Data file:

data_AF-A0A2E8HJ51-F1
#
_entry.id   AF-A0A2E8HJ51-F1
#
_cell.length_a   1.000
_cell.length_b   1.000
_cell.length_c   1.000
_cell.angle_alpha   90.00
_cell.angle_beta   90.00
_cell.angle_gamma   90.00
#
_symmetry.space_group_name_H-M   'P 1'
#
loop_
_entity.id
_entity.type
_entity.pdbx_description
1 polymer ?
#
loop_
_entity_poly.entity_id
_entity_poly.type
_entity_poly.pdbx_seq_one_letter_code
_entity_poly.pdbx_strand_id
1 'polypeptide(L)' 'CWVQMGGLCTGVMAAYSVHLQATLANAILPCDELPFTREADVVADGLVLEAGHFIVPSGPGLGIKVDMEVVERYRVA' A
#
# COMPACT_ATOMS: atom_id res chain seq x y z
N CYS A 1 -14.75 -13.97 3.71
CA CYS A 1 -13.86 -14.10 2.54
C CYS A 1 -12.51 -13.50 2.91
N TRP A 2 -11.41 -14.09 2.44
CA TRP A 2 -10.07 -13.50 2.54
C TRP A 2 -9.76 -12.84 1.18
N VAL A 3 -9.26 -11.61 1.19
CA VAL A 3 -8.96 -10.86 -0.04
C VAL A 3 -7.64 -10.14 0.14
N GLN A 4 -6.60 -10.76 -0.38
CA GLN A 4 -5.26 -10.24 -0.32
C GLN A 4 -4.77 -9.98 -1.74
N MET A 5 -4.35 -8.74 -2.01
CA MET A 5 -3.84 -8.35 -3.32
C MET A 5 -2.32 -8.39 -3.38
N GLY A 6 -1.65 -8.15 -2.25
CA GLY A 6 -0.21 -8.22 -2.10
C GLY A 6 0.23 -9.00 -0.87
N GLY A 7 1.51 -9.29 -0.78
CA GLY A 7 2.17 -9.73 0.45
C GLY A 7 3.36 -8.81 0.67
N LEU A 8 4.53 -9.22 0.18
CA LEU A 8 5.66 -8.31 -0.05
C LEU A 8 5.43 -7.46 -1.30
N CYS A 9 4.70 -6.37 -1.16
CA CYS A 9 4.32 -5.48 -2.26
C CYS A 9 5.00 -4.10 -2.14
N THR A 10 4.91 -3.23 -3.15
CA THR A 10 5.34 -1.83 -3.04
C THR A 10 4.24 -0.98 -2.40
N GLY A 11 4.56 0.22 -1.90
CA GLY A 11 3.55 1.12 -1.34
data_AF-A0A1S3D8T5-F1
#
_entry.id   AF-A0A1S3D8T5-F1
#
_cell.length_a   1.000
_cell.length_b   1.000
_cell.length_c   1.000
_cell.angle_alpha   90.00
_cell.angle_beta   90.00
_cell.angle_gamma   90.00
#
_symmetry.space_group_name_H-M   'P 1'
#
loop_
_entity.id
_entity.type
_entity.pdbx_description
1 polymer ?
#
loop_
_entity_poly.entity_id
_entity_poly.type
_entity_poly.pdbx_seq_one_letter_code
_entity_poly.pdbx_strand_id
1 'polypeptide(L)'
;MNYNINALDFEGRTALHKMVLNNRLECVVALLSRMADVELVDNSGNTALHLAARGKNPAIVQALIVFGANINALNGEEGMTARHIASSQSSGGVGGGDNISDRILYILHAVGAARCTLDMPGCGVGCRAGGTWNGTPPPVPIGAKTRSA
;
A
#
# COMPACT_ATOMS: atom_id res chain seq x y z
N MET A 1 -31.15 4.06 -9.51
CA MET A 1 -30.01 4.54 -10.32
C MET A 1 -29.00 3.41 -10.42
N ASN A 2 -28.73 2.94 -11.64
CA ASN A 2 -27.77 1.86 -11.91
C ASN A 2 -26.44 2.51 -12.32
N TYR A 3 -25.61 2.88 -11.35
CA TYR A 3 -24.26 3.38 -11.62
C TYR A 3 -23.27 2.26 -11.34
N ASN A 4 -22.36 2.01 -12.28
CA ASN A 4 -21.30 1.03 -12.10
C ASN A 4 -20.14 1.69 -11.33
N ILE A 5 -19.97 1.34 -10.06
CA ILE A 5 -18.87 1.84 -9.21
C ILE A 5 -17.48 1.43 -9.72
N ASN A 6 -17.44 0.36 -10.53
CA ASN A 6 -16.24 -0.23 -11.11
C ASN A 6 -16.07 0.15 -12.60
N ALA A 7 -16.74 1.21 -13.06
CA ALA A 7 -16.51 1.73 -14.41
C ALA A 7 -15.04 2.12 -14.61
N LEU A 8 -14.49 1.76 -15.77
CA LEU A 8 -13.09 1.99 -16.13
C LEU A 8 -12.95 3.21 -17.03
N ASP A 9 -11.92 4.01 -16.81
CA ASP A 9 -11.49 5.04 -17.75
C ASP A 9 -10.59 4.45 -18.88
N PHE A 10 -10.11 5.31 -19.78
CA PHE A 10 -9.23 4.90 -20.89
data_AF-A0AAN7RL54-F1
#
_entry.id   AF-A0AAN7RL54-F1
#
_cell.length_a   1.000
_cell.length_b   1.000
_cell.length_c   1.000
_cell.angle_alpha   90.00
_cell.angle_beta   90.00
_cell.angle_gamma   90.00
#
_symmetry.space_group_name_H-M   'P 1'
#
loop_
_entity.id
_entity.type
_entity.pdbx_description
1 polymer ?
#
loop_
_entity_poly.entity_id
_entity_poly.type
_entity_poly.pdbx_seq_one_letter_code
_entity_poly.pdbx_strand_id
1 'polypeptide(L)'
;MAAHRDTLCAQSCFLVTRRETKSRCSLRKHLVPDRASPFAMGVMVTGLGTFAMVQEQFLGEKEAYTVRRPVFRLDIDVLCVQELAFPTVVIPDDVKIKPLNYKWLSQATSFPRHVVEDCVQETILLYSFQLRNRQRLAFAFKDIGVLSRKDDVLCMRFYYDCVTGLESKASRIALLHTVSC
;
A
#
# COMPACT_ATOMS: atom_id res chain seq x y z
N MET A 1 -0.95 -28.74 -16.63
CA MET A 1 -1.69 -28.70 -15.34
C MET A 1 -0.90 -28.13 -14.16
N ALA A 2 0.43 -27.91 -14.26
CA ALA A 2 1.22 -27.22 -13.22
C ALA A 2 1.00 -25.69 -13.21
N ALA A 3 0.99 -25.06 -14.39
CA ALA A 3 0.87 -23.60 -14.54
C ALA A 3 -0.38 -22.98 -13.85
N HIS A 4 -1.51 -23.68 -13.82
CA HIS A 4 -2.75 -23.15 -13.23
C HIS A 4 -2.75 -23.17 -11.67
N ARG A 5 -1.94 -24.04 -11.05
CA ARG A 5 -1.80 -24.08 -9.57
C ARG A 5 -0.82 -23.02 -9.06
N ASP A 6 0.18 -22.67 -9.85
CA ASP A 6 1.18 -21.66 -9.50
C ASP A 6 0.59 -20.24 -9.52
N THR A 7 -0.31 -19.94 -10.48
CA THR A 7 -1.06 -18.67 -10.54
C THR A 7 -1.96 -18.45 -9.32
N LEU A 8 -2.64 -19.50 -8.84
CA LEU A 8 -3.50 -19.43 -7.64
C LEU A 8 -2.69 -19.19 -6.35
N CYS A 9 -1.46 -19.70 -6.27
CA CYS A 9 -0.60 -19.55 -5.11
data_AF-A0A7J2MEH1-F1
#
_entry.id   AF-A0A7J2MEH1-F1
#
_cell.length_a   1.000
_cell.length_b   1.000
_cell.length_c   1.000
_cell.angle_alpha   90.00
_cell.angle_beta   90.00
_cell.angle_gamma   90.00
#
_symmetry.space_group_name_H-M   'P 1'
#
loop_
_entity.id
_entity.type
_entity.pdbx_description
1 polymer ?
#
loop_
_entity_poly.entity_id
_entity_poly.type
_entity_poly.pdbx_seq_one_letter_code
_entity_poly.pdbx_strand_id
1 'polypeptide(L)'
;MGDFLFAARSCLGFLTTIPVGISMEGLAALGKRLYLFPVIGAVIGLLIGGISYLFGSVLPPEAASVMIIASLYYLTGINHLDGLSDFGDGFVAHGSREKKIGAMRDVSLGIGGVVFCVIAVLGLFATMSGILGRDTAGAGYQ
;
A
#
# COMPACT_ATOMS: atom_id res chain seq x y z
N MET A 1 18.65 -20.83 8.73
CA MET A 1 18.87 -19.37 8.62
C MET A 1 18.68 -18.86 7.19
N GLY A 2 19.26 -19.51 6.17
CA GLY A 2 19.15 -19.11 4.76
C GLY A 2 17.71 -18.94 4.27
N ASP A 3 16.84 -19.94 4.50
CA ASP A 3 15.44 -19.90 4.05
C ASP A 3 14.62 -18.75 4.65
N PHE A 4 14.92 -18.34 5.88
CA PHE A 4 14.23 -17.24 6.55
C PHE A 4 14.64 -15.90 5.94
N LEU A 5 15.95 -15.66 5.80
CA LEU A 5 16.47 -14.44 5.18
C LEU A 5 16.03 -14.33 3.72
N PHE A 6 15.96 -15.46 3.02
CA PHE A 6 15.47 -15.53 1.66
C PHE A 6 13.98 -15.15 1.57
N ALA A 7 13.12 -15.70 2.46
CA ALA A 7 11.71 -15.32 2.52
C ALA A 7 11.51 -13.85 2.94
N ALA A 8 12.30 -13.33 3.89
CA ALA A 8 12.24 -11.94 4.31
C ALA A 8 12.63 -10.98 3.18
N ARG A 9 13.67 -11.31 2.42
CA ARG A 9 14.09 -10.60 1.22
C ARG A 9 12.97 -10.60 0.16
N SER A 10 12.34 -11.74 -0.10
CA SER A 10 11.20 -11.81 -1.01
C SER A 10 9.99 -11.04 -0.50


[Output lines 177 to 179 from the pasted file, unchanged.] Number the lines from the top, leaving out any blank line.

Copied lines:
_entry.id   AF-A0A7J2MEH1-F1
#
_cell.length_a   1.000